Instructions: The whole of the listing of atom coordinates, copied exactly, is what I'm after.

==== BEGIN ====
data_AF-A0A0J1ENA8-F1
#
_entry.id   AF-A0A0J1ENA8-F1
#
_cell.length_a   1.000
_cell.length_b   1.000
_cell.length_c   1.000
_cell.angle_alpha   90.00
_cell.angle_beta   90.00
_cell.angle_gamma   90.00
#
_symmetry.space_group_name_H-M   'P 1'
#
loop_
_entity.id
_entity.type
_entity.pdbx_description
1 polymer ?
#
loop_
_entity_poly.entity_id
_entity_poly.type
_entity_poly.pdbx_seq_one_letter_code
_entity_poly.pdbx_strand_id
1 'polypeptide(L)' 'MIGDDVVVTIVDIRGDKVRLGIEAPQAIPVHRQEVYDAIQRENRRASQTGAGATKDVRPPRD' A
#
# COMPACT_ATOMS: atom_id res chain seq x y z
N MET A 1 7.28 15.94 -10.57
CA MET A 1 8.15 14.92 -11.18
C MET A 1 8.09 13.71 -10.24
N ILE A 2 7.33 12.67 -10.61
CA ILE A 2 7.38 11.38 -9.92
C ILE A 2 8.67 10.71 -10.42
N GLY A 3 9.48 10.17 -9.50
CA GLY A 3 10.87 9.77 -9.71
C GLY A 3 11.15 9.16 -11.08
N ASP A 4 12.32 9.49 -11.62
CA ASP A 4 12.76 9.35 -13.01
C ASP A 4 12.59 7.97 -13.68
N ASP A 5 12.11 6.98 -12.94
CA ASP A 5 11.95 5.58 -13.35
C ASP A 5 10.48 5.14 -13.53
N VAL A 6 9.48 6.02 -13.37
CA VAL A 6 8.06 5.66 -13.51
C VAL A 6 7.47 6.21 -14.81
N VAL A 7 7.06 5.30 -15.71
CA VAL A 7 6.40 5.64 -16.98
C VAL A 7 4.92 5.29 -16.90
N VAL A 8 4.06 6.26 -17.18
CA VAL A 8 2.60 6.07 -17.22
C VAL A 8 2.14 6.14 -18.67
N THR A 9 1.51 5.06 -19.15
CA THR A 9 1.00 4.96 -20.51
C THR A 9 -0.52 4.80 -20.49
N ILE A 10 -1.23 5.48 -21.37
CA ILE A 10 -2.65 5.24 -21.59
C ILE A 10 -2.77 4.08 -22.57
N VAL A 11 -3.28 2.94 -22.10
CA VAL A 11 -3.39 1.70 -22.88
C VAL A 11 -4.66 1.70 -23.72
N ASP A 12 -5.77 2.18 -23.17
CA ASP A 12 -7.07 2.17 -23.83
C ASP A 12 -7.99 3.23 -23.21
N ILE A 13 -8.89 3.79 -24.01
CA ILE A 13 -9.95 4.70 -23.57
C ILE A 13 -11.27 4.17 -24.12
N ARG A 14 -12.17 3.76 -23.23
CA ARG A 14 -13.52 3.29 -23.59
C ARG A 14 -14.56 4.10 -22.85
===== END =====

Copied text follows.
data_AF-A0A0J1ENA8-F1
#
_entry.id   AF-A0A0J1ENA8-F1
#
_cell.length_a   1.000
_cell.length_b   1.000
_cell.length_c   1.000
_cell.angle_alpha   90.00
_cell.angle_beta   90.00
_cell.angle_gamma   90.00
#
_symmetry.space_group_name_H-M   'P 1'
#
loop_
_entity.id
_entity.type
_entity.pdbx_description
1 polymer ?
#
loop_
_entity_poly.entity_id
_entity_poly.type
_entity_poly.pdbx_seq_one_letter_code
_entity_poly.pdbx_strand_id
1 'polypeptide(L)' 'MIGDDVVVTIVDIRGDKVRLGIEAPQAIPVHRQEVYDAIQRENRRASQTGAGATKDVRPPRD' A
#
# COMPACT_ATOMS: atom_id res chain seq x y z
N MET A 1 7.28 15.94 -10.57
CA MET A 1 8.15 14.92 -11.18
C MET A 1 8.09 13.71 -10.24
N ILE A 2 7.33 12.67 -10.61
CA ILE A 2 7.38 11.38 -9.92
C ILE A 2 8.67 10.71 -10.42
N GLY A 3 9.48 10.17 -9.50
CA GLY A 3 10.87 9.77 -9.71
C GLY A 3 11.15 9.16 -11.08
N ASP A 4 12.32 9.49 -11.62
CA ASP A 4 12.76 9.35 -13.01
C ASP A 4 12.59 7.97 -13.68
N ASP A 5 12.11 6.98 -12.94
CA ASP A 5 11.95 5.58 -13.35
C ASP A 5 10.48 5.14 -13.53
N VAL A 6 9.48 6.02 -13.37
CA VAL A 6 8.06 5.66 -13.51
C VAL A 6 7.47 6.21 -14.81
N VAL A 7 7.06 5.30 -15.71
CA VAL A 7 6.40 5.64 -16.98
C VAL A 7 4.92 5.29 -16.90
N VAL A 8 4.06 6.26 -17.18
CA VAL A 8 2.60 6.07 -17.22
C VAL A 8 2.14 6.14 -18.67
N THR A 9 1.51 5.06 -19.15
CA THR A 9 1.00 4.96 -20.51
C THR A 9 -0.52 4.80 -20.49
N ILE A 10 -1.23 5.48 -21.37
CA ILE A 10 -2.65 5.24 -21.59
C ILE A 10 -2.77 4.08 -22.57
N VAL A 11 -3.28 2.94 -22.10
CA VAL A 11 -3.39 1.70 -22.88
C VAL A 11 -4.66 1.70 -23.72
N ASP A 12 -5.77 2.18 -23.17
CA ASP A 12 -7.07 2.17 -23.83
C ASP A 12 -7.99 3.23 -23.21
N ILE A 13 -8.89 3.79 -24.01
CA ILE A 13 -9.95 4.70 -23.57
C ILE A 13 -11.27 4.17 -24.12
N ARG A 14 -12.17 3.76 -23.23
CA ARG A 14 -13.52 3.29 -23.59
C ARG A 14 -14.56 4.10 -22.85